At least now we know that the Standing Committee is in charge of the question and its process. So what next? Well, first “the Standing Committee shall make every effort to facilitate agreement” presumably by whatever process it chooses, given that no process is mentioned. Question is, wasn’t there already some kind of process to attempt to reach a shared mind? What’s the difference between that and facilitating agreement? At least the Standing Committee isn’t on its own here, for it “may take advice from such bodies as it deems appropriate.” It’s not clear, of course, whether such advice should be solicited by the Standing Committee, or might just arise, ex nihilo, from some body or other, whether celestial or terrestrial. In the latter case, it seems the Standing Committee can determine whether to listen to the advice or not. Not that there are any criteria to guide the Standing Committee with respect to the appropriateness of the body offering the advice. (Is it just me, or does the Standing Committee have a huge amount of discretionary power?)

To find out more about the proposed covenant and its lack of clear process read more here

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Thursday, December 9, 2010

Christian Today Takes The Low Road

In his article in Christianity Today, John Martin uses the vote dishonestly. He writes, "With the vote at well over two-thirds in favour and near unanimous support by the Bishops (all voted for with one abstention) the odds of the Covenant faltering now seem remote." In fact the vote was not on an approval of the Covenant but on a motion to send it to the diocese.

There can be any number of reasons a delegate voted yes on the motion. The comments before the vote and many after, make it cleat that some voted yes merely to express loyalty to the archbishops, others for the covenant, still others because they believe the diocese should have an opportunity to discuss and vote.

Martin rather arrogantly ignores the vote of the GafCon primates which was on a resolution that says they won't attend the next Primates meeting and do not approve of the proposed covenant. At the moment, were the proposed covenant approved by the Church of England, it would mean full fellowship with Mexico and no one else. In fact I think fellowship with Mexico is important. But to suggest it will make the Church of England credible in Roman Catholic eyes is not a stretch, it is a fantasy.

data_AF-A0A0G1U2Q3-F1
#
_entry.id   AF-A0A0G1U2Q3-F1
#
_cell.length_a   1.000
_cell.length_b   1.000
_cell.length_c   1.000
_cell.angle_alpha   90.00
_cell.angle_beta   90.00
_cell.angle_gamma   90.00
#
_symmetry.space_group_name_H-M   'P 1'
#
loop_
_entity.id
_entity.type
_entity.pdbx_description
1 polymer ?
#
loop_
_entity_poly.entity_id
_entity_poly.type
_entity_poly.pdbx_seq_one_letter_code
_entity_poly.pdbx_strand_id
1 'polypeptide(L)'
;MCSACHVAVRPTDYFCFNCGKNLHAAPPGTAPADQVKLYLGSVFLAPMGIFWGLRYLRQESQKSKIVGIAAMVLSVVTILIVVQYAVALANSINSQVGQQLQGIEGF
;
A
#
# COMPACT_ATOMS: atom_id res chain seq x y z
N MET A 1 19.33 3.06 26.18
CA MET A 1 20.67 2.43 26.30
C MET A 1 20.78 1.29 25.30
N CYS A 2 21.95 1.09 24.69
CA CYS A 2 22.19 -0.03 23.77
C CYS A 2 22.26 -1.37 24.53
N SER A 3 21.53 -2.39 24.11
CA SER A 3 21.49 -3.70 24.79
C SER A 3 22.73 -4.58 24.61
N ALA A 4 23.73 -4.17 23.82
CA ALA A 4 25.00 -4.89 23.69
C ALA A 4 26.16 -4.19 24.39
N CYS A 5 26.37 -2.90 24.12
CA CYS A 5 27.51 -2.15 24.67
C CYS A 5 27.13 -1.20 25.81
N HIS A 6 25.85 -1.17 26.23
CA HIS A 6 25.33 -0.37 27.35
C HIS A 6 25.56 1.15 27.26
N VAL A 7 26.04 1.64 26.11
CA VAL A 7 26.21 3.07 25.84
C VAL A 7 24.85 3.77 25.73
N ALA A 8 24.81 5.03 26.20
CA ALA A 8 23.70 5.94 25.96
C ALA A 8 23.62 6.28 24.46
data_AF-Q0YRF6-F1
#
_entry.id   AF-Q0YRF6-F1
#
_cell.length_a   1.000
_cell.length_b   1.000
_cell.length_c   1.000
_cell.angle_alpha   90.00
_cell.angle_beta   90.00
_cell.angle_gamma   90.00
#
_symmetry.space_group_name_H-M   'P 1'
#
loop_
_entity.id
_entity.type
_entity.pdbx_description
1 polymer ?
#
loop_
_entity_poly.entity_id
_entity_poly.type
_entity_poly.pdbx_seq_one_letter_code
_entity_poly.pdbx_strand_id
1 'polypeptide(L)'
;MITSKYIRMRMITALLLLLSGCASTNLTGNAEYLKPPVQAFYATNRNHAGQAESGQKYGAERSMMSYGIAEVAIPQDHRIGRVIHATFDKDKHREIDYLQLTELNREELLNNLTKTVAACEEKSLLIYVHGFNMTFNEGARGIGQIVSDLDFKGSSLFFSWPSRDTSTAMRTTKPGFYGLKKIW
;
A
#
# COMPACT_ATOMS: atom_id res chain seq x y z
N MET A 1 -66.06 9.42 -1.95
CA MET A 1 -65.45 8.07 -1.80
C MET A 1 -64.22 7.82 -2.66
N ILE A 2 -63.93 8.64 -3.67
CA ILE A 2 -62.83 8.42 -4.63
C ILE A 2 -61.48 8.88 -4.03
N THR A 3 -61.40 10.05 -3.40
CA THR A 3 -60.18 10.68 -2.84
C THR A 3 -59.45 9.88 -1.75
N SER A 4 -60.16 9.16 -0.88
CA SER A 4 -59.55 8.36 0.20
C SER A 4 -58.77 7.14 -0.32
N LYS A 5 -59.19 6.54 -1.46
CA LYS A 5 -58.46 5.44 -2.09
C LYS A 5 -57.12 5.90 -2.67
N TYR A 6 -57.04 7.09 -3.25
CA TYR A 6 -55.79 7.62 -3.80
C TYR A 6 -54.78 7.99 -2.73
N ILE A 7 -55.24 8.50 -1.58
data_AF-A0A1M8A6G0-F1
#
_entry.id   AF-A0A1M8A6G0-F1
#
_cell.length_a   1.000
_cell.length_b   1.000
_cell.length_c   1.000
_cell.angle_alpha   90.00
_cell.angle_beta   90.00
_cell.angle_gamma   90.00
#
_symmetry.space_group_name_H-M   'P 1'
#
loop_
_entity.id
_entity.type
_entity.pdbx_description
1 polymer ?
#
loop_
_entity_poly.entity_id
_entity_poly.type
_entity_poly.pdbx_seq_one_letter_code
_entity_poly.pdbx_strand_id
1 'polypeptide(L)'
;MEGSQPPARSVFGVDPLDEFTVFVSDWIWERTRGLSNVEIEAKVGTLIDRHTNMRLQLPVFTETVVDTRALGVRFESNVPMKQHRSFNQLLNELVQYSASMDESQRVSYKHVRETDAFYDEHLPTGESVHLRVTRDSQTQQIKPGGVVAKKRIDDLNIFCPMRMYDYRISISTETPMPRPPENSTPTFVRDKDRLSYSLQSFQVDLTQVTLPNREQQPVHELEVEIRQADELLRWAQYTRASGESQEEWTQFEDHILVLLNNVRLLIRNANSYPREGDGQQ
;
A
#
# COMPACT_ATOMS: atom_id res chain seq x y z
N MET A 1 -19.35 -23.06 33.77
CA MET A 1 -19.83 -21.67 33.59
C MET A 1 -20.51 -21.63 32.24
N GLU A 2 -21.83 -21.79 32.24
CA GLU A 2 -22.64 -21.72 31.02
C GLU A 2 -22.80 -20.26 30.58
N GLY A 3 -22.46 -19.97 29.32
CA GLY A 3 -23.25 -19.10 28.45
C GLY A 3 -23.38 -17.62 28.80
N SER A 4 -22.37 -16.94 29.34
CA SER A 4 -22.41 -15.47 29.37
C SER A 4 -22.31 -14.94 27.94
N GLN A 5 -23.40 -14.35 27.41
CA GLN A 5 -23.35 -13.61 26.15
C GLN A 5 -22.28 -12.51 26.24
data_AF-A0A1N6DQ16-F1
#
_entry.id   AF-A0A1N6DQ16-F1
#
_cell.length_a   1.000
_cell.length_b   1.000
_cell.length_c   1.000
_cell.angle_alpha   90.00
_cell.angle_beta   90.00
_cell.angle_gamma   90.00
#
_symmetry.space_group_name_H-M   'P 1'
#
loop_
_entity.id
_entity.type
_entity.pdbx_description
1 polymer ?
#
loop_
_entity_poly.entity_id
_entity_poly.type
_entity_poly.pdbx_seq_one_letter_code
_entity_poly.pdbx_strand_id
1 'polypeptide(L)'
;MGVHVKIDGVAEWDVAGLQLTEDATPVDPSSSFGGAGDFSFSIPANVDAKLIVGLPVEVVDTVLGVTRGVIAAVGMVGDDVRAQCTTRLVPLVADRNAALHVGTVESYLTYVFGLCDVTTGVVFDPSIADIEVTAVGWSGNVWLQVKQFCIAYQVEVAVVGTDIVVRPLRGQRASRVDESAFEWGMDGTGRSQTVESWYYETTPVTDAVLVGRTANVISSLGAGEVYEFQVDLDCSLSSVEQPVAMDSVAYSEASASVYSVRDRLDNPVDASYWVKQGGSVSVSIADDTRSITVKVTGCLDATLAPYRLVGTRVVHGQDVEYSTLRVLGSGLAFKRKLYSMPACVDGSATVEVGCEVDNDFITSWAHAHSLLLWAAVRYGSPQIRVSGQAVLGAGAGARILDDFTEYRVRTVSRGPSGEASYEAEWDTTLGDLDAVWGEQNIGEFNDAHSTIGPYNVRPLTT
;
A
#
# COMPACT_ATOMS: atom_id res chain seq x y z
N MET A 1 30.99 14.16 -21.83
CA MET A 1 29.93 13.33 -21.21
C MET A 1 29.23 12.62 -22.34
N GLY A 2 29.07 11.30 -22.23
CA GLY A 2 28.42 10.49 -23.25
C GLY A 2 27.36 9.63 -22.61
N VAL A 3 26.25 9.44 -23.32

Martin falls into three errors: he simply assumes the English diocese do not matter; he ignores the content of the motion and he (arrogantly) assumes all the national churches will follow the English bishops. In fact as both liberal and conservative churches have already demonstrated not a lot of other member churches are going to blindly follow.

The manifold benefits Martin claims will come from the synod vote are ethereal.


A very good comment on another blog

I know that while this group has something to contribute: others do too. Sometimes they write particularly well. That leads to this blog post which has a lot to say about our current issues. Fr. Benny is an astute observer of the current scene and I recommend his blog to you.

Jim's Thoughts

Tuesday, December 7, 2010

The effect of the Covenant on mission

Deputy Lisa Fox of the Diocese of Missouri reflects on the relationship between the Diocese of Lui in Sudan and her diocese:
My Diocese of Missouri is in a companion relationship with the Diocese of Lui (Episcopal Church of Sudan). Before the governing bodies of Missouri and Lui adopted the covenant between our dioceses, it is my understanding that the bishops had frank conversations.

There are many differences in our dioceses.

The Diocese of Lui uses a Moru translation of the 1662 CoE prayer book, and their translation is a very Protestant one in which the Eucharist is merely a "memorial" of the Lord's Supper.

The Diocese of Missouri celebrates the Eucharist as a sacrament, informed by the liturgical renewal of the past century.